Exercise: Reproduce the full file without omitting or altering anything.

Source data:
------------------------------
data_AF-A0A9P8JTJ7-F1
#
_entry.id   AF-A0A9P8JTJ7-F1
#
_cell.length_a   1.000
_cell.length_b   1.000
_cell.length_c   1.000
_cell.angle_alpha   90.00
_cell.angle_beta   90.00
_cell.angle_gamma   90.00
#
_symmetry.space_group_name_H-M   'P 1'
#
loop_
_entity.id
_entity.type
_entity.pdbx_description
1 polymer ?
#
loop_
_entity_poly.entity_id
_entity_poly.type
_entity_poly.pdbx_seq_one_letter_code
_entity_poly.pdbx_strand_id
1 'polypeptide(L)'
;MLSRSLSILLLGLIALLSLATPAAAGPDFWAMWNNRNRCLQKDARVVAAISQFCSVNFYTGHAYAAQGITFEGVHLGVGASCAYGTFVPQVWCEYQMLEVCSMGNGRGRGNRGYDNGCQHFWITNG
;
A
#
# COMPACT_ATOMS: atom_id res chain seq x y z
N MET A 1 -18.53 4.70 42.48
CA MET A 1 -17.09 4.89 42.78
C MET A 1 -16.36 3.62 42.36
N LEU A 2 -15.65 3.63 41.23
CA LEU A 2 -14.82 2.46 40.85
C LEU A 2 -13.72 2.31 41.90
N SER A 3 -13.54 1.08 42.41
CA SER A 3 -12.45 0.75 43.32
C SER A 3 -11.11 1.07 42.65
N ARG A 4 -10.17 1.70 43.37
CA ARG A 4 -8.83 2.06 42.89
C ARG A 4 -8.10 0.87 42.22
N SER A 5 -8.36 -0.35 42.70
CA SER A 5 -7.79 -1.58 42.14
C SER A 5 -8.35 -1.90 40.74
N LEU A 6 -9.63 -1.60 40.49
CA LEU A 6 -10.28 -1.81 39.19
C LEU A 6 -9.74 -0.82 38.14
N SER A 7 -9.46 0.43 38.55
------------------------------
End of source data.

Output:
data_AF-A0A9P8JTJ7-F1
#
_entry.id   AF-A0A9P8JTJ7-F1
#
_cell.length_a   1.000
_cell.length_b   1.000
_cell.length_c   1.000
_cell.angle_alpha   90.00
_cell.angle_beta   90.00
_cell.angle_gamma   90.00
#
_symmetry.space_group_name_H-M   'P 1'
#
loop_
_entity.id
_entity.type
_entity.pdbx_description
1 polymer ?
#
loop_
_entity_poly.entity_id
_entity_poly.type
_entity_poly.pdbx_seq_one_letter_code
_entity_poly.pdbx_strand_id
1 'polypeptide(L)'
;MLSRSLSILLLGLIALLSLATPAAAGPDFWAMWNNRNRCLQKDARVVAAISQFCSVNFYTGHAYAAQGITFEGVHLGVGASCAYGTFVPQVWCEYQMLEVCSMGNGRGRGNRGYDNGCQHFWITNG
;
A
#
# COMPACT_ATOMS: atom_id res chain seq x y z
N MET A 1 -18.53 4.70 42.48
CA MET A 1 -17.09 4.89 42.78
C MET A 1 -16.36 3.62 42.36
N LEU A 2 -15.65 3.63 41.23
CA LEU A 2 -14.82 2.46 40.85
C LEU A 2 -13.72 2.31 41.90
N SER A 3 -13.54 1.08 42.41
CA SER A 3 -12.45 0.75 43.32
C SER A 3 -11.11 1.07 42.65
N ARG A 4 -10.17 1.70 43.37
CA ARG A 4 -8.83 2.06 42.89
C ARG A 4 -8.10 0.87 42.22
N SER A 5 -8.36 -0.35 42.70
CA SER A 5 -7.79 -1.58 42.14
C SER A 5 -8.35 -1.90 40.74
N LEU A 6 -9.63 -1.60 40.49
CA LEU A 6 -10.28 -1.81 39.19
C LEU A 6 -9.74 -0.82 38.14
N SER A 7 -9.46 0.43 38.55